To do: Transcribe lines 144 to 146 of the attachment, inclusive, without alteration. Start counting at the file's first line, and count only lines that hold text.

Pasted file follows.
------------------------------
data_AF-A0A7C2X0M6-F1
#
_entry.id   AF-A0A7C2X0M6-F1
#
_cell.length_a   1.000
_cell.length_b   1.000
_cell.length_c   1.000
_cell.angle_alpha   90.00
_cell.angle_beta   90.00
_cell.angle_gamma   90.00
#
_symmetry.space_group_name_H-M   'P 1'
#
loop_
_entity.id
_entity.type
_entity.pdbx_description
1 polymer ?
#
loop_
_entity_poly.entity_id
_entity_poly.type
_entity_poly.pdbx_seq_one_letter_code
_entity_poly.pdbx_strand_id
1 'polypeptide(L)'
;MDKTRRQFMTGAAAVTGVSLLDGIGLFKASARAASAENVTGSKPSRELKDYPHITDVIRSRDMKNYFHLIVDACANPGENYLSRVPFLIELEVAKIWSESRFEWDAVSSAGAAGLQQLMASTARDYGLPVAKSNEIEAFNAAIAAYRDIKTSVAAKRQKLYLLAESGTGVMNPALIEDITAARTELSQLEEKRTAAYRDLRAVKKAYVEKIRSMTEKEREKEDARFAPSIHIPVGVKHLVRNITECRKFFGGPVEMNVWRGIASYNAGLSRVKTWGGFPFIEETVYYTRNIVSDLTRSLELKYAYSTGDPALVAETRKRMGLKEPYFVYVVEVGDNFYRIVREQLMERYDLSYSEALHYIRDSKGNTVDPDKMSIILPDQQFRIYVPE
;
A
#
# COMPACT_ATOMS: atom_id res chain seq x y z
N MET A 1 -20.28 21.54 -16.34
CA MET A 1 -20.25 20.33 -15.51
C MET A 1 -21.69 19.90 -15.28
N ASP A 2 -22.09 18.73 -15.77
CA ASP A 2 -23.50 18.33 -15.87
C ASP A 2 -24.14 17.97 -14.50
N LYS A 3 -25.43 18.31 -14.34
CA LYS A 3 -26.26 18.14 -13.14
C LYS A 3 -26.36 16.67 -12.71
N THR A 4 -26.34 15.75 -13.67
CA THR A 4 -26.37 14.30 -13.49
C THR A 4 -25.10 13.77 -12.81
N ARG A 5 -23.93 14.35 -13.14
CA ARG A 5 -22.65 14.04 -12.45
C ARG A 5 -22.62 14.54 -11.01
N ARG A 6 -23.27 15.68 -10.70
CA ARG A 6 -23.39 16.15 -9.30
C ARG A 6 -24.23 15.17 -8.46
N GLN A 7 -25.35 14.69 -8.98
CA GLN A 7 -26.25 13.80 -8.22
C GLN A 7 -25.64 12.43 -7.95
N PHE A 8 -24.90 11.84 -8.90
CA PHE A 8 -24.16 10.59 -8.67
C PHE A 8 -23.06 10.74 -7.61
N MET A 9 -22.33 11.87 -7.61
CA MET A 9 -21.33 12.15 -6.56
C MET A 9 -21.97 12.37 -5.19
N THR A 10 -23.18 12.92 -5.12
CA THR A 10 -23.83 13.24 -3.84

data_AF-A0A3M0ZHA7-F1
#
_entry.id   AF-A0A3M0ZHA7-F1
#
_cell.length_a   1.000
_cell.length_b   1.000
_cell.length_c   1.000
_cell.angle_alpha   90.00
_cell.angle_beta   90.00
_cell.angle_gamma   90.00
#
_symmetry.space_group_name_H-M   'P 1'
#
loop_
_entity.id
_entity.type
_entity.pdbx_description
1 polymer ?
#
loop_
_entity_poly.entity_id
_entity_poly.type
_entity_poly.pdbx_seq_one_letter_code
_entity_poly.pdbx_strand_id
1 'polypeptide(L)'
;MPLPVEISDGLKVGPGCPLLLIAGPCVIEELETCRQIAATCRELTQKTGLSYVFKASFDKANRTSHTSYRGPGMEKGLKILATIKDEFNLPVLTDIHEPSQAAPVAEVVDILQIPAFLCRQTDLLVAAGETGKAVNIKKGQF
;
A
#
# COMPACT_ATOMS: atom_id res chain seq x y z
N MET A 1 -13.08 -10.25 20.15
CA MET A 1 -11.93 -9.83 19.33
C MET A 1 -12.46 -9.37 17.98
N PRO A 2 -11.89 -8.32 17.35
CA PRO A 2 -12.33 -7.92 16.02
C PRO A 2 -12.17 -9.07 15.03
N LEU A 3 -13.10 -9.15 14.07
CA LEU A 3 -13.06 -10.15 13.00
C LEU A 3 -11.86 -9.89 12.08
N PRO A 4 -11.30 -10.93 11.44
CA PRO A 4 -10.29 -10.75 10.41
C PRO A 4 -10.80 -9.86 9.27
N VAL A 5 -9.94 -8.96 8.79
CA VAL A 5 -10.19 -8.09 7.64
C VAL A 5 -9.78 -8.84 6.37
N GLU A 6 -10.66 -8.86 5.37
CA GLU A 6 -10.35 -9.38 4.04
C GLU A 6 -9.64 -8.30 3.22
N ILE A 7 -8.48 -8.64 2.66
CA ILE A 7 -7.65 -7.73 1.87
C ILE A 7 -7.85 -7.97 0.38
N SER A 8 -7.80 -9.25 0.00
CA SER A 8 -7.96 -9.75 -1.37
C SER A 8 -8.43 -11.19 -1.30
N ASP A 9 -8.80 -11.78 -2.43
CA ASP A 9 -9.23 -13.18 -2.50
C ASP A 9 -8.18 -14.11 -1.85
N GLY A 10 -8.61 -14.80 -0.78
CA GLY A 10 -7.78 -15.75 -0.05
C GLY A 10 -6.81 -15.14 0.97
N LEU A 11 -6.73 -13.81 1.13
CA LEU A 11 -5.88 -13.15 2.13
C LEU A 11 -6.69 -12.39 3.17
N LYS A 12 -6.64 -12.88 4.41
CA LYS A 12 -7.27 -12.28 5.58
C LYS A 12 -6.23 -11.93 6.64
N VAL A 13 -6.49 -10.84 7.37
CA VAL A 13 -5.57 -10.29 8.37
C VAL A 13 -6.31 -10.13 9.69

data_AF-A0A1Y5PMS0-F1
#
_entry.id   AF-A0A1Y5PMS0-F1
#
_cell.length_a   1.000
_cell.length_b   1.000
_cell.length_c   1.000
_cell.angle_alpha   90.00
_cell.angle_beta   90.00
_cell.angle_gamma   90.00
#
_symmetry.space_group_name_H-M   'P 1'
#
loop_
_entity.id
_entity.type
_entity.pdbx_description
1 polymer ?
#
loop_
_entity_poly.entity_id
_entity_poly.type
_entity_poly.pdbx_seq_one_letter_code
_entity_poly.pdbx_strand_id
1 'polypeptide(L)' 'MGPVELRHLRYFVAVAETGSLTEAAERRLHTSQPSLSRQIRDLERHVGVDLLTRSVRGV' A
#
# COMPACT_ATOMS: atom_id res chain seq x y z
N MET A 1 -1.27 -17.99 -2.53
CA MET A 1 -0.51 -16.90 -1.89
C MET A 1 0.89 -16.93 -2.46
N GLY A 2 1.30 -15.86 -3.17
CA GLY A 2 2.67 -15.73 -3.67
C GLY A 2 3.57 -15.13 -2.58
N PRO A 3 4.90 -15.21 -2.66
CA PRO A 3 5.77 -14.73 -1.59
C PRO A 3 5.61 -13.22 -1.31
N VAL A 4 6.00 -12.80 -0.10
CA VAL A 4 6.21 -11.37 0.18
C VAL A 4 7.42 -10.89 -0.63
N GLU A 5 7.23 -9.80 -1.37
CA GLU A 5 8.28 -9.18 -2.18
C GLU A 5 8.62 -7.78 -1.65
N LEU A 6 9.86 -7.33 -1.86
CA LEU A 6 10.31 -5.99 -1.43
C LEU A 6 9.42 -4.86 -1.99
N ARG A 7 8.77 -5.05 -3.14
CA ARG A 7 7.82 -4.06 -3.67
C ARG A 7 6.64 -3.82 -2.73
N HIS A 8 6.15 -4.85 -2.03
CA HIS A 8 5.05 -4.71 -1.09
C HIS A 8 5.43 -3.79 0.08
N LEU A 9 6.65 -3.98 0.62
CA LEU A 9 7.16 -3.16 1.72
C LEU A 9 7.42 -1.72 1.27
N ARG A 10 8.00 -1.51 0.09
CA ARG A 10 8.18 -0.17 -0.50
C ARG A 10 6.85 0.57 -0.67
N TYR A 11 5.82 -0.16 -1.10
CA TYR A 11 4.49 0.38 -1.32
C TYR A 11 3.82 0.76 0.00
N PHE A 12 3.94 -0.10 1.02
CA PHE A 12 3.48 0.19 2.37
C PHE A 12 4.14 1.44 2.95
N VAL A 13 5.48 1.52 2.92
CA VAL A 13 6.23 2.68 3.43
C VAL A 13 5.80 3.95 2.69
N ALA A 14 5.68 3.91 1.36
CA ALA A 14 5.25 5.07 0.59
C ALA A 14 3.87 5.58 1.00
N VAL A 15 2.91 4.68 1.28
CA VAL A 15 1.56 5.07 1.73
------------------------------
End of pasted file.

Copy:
_entity.type
_entity.pdbx_description
1 polymer ?